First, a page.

By Liz Scavnicky-Yaekle
One more significant sign that perhaps the deepest wound of the 2007-2009 financial crisis has finally healed was revealed on July 20th.
Total foreclosure filings, including default notices, scheduled auctions or bank repossessions declined 20% during the first six months of this year compared to the same time period in 2016. This update is according to the recently released ATTOM Data Solutions Midyear 2017 U.S. Foreclosure Market Report™. “With a few local market exceptions, foreclosures have become the unicorns of the housing market: hard to find but highly sought after,” ATTOM Data Solutions Senior Vice President Daren Blomquist stated in a release. “More than 38% of properties sold at foreclosure auction in the first half of this year went to third-party buyers rather than back to the bank — the highest share we’ve ever seen going back as far as 2000.”
Some foreclosures can wreak havoc on a property’s title. A clouded property title indicates that there are issues with the property’s past ownership, often referred to as a “break” in the chain-of-title. The root causes are usually in the form of liens, errors in reporting or in the case that legal issues occurred between previous owners. A clouded title prevents legal title transfer to the new owner as demonstrated through its two potential important impacts:
- Uncertainty of Ownership. Clouded titles have negatively impacted many property owners as was the case of hundreds of Massachusetts homeowners. A 2011 court case rendered the purchases of their foreclosed properties—many of which were bought during the financial crisis, invalid. For a period of over four years, the owners were unable to do anything regarding the transfer of their properties. This means that they could not sell their properties nor be approved for home equity lines of credit during that timeframe. It wasn’t until Dec. 31, 2015, when the governor signed a law which cleared the titles of all the properties in question, that the homeowners were officially granted status as legal owners.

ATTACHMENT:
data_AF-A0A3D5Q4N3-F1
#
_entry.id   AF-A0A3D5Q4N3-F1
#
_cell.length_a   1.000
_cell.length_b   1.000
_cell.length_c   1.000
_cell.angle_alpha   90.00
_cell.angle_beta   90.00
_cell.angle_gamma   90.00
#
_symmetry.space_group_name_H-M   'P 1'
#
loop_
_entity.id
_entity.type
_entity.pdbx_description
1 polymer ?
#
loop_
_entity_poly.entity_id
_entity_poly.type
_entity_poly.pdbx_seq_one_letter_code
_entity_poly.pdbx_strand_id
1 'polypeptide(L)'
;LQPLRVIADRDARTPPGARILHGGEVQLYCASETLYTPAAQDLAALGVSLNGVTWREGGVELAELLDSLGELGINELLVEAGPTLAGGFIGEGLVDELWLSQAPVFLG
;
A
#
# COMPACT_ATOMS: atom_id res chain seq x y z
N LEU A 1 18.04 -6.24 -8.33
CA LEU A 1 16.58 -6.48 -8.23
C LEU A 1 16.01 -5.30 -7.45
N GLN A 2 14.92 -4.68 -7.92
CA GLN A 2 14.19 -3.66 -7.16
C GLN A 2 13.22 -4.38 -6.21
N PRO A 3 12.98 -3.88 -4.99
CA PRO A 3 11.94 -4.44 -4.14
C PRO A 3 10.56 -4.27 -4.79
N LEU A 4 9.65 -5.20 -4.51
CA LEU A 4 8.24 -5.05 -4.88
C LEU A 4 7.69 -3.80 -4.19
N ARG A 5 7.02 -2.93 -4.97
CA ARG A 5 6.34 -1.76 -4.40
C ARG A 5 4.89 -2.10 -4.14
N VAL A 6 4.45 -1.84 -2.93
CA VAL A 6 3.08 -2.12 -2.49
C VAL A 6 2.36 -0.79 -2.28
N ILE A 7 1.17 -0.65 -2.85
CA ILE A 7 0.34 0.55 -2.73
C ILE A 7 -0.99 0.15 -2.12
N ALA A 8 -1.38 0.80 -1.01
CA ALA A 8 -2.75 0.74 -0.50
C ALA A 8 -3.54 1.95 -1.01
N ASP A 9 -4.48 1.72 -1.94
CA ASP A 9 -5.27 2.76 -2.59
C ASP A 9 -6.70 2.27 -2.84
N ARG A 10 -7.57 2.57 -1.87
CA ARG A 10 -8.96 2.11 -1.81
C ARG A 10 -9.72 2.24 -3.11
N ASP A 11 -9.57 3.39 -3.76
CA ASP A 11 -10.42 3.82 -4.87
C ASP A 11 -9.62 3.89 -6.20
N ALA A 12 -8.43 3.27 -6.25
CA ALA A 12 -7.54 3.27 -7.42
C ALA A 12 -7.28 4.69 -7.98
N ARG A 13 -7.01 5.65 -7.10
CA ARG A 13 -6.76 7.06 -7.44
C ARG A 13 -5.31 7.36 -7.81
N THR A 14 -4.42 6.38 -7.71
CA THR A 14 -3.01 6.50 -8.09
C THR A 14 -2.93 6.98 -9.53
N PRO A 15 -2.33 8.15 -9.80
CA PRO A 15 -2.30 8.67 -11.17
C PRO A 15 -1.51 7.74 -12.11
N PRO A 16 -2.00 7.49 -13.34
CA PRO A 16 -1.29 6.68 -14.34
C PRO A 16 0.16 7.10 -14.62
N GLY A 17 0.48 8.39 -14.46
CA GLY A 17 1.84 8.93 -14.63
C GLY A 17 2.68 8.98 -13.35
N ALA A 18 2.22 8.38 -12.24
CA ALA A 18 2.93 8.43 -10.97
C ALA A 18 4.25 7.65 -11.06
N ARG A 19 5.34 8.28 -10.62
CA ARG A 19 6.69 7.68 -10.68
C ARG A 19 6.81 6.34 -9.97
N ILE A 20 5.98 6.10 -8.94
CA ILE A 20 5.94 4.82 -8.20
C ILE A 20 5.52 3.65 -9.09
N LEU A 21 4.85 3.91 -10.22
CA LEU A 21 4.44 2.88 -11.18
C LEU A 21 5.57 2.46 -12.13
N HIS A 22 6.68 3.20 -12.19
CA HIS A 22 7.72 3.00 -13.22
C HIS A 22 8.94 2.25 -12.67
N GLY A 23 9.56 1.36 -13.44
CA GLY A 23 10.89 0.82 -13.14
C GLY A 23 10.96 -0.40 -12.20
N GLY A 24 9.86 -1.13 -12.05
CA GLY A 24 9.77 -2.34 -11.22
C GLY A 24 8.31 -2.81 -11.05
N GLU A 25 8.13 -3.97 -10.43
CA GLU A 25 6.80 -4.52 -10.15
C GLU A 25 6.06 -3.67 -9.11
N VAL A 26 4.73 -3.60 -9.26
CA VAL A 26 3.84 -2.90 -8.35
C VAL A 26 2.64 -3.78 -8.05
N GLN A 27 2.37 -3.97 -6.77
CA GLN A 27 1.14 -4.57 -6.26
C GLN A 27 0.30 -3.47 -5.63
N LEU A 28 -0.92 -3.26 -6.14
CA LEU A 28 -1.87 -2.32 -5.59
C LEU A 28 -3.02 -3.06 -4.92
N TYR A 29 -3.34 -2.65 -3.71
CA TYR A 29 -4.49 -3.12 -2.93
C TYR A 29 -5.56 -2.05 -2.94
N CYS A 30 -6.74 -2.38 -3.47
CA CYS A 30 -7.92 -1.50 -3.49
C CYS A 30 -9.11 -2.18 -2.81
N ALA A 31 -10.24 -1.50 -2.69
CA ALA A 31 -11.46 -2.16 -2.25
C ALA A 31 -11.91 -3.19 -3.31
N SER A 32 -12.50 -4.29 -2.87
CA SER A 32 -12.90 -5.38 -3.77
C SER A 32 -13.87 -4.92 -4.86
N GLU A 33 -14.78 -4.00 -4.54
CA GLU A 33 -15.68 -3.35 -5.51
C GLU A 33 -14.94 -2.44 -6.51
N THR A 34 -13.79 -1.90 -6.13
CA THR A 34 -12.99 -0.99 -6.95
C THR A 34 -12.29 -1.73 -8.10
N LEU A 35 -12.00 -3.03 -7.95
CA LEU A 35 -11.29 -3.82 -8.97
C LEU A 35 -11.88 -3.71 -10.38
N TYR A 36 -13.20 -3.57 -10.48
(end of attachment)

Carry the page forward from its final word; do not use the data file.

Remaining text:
- Lawsuits. Clouded titles can also cause mortgage companies to challenge the homeowners’ legal status, arguing that a past foreclosure on the property was illegal. This was the case of Texan homeowners who received notice that JB Mortgage Co. was suing them in late 2015. A local school district had foreclosed on the government-owned land in 1990, but because the government had not consented to the sale, the property purchases were being challenged. Although the homeowners purchased their properties in the 1990’s, since JB Mortgage holds the government’s $5.2 million loan, the company was trying to recap the amount from the current homeowners, claiming that past foreclosures on the property rendered the purchases illegal.
These examples demonstrate that any issues with a property’s title can haunt homeowners at any point in time, so it’s wise to choose an experienced, reputable title company with legal staff on-site to resolve all issues and avoid delaying the property’s closing.